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Three Democratic lawmakers Wednesday introduced a bill in the Senate to bring government oversight to the algorithms companies use for a wide variety of purposes.
The bill, called the Algorithmic Accountability Act of 2019, would empower the Federal Trade Commission to scrutinize the use of consumer-facing “automated decision systems” in an effort to identify bias, privacy and security risks.
The bill comes after some technology firms faced questioning over their use of algorithm-based systems that decide which users see content such as housing and job advertisements.
Facebook has faced particular scrutiny in recent months. The U.S. Department of Housing and Urban Development sued the social media giant over claims that the company allowed ads to be targeted to certain ages, races and genders. A recent study also found that Facebook’s system targeted particular groups with certain housing and jobs ads without being asked to by advertisers.
Last year, Reuters reported on an automated system for hiring at Amazon that had an obvious flaw: it preferred male applicants over female ones.
The bill, introduced by Sen. Ron Wyden, D-Ore., Sen. Cory Booker, D-N.J., and Rep. Yvette D. Clarke, D-N.Y., adds to growing political attention directed at algorithmic bias.
In May 2018, New York City Mayor Bill de Blasio trumpeted the city’s first algorithm watchdog group, assembling a panel of experts to examine how computer programs are used in municipal decision making, particularly law enforcement. The Automated Decision Systems Task Force is believed to be the first such group in the nation.
“This type of federal effort will be critical for maintaining control over companies using personal data for commercial gain,” Ferguson said. “Equally importantly, I hope the bill sparks a national conversation about how to best set up local, state and additional federal laws to police algorithmic decision-making. Underneath the data is democracy, and our democratic leaders need to act."
The new federal legislation empowers the FTC to establish its own rules mandating “impact assessments,” which the law defines as a study that scrutinizes the “design and training data,” taking into account fairness, bias, discrimination and other considerations. In a statement, Booker said that his parents were subjected to “real estate steering” when they attempted to buy a house in his home state 50 years ago.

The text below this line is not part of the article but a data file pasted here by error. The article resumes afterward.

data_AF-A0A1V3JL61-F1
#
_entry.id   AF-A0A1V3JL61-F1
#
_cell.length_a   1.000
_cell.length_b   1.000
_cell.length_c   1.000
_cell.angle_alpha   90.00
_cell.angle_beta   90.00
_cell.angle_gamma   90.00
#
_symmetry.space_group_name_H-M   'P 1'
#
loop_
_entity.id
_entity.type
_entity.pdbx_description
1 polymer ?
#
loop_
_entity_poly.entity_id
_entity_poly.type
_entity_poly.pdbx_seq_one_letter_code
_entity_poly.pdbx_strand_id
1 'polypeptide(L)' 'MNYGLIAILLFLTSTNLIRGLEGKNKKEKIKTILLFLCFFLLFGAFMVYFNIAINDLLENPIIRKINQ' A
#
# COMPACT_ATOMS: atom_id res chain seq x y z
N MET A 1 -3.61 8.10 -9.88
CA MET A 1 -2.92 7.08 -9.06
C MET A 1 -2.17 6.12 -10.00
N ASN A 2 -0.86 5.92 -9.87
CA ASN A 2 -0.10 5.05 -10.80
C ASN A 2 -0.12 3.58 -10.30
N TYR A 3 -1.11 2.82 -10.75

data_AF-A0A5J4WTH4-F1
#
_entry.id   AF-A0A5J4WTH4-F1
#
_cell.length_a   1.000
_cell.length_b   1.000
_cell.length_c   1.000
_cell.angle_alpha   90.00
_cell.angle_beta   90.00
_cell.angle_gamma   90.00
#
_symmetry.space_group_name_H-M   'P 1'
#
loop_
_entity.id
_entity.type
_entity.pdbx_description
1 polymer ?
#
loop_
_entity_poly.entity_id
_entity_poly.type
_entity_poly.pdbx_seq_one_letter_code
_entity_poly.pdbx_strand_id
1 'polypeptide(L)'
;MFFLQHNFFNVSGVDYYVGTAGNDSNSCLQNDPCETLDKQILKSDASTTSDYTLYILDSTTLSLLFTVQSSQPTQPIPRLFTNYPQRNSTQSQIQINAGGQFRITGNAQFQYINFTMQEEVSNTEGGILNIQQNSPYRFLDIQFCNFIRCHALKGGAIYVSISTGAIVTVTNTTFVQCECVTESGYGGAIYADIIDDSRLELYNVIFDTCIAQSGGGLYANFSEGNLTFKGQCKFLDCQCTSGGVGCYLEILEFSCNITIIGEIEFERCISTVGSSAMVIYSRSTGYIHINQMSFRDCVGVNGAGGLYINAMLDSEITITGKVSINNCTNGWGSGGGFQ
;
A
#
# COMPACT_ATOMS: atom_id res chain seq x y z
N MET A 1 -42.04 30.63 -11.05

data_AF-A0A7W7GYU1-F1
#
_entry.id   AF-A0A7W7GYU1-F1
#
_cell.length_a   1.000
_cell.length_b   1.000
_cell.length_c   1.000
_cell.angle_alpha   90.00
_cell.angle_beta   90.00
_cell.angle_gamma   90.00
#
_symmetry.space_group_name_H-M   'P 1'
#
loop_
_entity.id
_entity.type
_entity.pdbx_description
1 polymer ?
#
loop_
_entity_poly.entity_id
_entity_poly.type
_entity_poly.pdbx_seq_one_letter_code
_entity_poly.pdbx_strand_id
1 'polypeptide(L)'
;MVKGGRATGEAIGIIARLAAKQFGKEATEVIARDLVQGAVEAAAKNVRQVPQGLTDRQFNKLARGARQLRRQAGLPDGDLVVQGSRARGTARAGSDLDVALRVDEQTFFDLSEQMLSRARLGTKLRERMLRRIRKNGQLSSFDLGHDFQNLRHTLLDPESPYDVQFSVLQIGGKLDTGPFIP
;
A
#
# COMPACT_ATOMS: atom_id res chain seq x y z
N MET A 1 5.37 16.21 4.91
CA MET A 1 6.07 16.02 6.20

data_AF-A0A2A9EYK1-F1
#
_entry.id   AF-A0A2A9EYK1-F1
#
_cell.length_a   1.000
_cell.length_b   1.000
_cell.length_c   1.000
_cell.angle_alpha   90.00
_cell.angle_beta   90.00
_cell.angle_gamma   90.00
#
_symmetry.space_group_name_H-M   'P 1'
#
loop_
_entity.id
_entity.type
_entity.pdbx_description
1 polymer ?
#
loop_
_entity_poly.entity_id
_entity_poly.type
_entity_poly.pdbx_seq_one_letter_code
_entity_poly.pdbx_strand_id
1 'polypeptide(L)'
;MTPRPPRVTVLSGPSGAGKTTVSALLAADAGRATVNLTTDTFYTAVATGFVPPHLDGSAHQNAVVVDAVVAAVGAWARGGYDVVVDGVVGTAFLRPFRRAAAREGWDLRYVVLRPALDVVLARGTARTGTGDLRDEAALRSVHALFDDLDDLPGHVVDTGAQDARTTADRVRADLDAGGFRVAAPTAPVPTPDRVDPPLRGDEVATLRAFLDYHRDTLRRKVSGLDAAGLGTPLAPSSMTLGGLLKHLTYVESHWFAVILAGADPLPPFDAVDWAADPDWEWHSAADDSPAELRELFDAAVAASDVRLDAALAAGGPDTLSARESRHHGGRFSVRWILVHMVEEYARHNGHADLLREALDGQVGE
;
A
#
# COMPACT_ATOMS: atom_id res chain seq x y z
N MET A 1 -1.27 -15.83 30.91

“However, the discrimination that my family faced in 1969 can be significantly harder to detect in 2019: houses that you never know are for sale, job opportunities that never present themselves, and financing that you never become aware of — all due to biased algorithms,” he said. “This bill requires companies to regularly evaluate their tools for accuracy, fairness, bias and discrimination. It’s a key step toward ensuring more accountability from the entities using software to make decisions that can change lives.”
If it is enacted into law, not all companies would be equally affected — it would only cover companies already under the FTC’s purview, and those that make more than $50 million annually. The bill has support from the Center on Privacy and Technology at Georgetown Law, among other advocacy groups.
“Algorithms control various aspects of a digital economy,” Francella Ochillo, the general counsel for the National Hispanic Media Coalition, said. “They determine which candidates will be interviewed and how much they will be paid; who will be targeted for or excluded from advertisements; and how much consumers will pay for goods and shipping online.”
The bill is expected to first be heard by the Senate Commerce Committee in the coming months.